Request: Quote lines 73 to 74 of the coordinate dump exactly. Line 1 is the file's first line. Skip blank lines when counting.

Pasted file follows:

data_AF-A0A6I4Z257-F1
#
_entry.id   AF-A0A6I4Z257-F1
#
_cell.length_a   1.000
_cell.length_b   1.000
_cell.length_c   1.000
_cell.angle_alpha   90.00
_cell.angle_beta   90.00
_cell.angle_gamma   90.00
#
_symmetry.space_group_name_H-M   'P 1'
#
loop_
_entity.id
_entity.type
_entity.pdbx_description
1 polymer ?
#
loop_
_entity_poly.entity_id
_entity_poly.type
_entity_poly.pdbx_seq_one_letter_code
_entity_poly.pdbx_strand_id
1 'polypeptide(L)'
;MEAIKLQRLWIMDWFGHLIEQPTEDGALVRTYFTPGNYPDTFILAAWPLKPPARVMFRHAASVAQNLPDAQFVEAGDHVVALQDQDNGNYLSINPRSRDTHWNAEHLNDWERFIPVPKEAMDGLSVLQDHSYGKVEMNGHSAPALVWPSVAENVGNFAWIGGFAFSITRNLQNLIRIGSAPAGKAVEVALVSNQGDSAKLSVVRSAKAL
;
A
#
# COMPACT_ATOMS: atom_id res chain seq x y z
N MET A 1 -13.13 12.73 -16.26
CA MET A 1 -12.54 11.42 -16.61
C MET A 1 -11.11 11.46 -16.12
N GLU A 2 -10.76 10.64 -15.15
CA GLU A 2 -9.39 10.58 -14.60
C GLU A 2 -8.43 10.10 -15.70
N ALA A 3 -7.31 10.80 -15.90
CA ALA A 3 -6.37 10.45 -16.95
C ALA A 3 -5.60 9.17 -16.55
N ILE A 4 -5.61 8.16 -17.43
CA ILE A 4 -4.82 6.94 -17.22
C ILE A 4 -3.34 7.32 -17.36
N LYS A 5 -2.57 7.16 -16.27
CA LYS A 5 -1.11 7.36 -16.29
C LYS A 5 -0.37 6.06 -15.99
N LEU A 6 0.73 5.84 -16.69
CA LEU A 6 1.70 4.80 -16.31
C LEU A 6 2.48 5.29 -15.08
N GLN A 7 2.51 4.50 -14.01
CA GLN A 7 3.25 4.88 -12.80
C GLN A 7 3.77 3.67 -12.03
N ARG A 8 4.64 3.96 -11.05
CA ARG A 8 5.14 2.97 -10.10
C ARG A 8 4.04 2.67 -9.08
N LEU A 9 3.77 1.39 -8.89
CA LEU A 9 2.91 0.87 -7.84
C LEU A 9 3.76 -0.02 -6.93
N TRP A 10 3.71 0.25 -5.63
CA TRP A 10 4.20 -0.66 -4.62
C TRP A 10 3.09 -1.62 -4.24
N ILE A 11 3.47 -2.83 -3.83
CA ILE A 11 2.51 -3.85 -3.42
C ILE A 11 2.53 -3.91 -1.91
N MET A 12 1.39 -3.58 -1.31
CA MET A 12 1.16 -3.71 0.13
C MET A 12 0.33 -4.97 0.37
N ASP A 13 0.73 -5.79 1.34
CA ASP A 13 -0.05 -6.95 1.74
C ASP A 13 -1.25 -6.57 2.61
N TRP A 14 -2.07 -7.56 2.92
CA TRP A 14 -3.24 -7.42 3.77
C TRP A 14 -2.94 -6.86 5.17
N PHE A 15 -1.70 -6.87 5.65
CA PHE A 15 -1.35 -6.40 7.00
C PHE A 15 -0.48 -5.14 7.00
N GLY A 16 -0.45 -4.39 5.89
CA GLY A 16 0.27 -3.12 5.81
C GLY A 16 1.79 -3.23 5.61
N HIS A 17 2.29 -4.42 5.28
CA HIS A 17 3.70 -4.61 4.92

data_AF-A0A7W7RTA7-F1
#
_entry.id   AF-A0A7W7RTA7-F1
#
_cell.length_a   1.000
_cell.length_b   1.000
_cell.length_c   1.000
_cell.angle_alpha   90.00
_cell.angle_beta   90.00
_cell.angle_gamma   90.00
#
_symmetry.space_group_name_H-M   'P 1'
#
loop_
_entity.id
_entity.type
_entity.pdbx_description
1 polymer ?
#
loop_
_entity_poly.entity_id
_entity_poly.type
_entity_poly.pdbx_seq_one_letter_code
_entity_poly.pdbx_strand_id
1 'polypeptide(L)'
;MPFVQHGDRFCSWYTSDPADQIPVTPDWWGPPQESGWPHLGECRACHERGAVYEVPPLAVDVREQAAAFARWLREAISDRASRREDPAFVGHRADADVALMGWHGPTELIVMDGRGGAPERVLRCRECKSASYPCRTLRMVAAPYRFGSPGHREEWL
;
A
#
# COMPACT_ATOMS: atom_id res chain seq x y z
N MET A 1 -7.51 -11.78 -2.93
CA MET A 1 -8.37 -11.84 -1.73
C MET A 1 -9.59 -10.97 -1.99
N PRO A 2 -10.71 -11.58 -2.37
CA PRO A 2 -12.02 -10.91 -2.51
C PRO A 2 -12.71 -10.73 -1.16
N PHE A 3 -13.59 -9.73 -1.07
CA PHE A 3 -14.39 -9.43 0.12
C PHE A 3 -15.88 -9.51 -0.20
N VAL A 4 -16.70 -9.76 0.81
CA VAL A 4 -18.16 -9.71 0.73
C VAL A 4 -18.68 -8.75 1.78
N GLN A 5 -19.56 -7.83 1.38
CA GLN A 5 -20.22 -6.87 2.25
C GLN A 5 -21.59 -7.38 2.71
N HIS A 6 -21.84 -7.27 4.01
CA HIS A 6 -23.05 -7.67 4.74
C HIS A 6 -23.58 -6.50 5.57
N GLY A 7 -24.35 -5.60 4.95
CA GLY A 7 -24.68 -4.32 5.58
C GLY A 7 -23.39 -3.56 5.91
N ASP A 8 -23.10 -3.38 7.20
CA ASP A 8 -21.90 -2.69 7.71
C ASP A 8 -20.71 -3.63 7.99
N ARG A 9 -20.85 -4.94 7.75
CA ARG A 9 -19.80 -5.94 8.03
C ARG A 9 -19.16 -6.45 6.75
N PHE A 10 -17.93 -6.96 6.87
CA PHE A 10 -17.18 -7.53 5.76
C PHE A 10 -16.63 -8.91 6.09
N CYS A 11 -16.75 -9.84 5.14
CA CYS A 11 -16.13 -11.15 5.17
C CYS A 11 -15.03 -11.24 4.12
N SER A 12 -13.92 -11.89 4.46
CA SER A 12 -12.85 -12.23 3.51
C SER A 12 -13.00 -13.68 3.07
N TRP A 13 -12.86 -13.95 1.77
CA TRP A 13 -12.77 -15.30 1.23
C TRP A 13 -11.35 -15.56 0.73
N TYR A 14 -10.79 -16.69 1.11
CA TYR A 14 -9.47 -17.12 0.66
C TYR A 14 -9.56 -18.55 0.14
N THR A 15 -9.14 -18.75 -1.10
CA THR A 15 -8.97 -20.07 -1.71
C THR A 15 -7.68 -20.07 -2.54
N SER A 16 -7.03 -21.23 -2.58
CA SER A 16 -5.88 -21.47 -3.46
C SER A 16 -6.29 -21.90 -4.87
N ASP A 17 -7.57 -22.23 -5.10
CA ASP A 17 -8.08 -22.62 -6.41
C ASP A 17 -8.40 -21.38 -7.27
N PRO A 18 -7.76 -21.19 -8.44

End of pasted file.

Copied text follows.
N PHE A 15 -1.70 -6.87 5.65
CA PHE A 15 -1.35 -6.40 7.00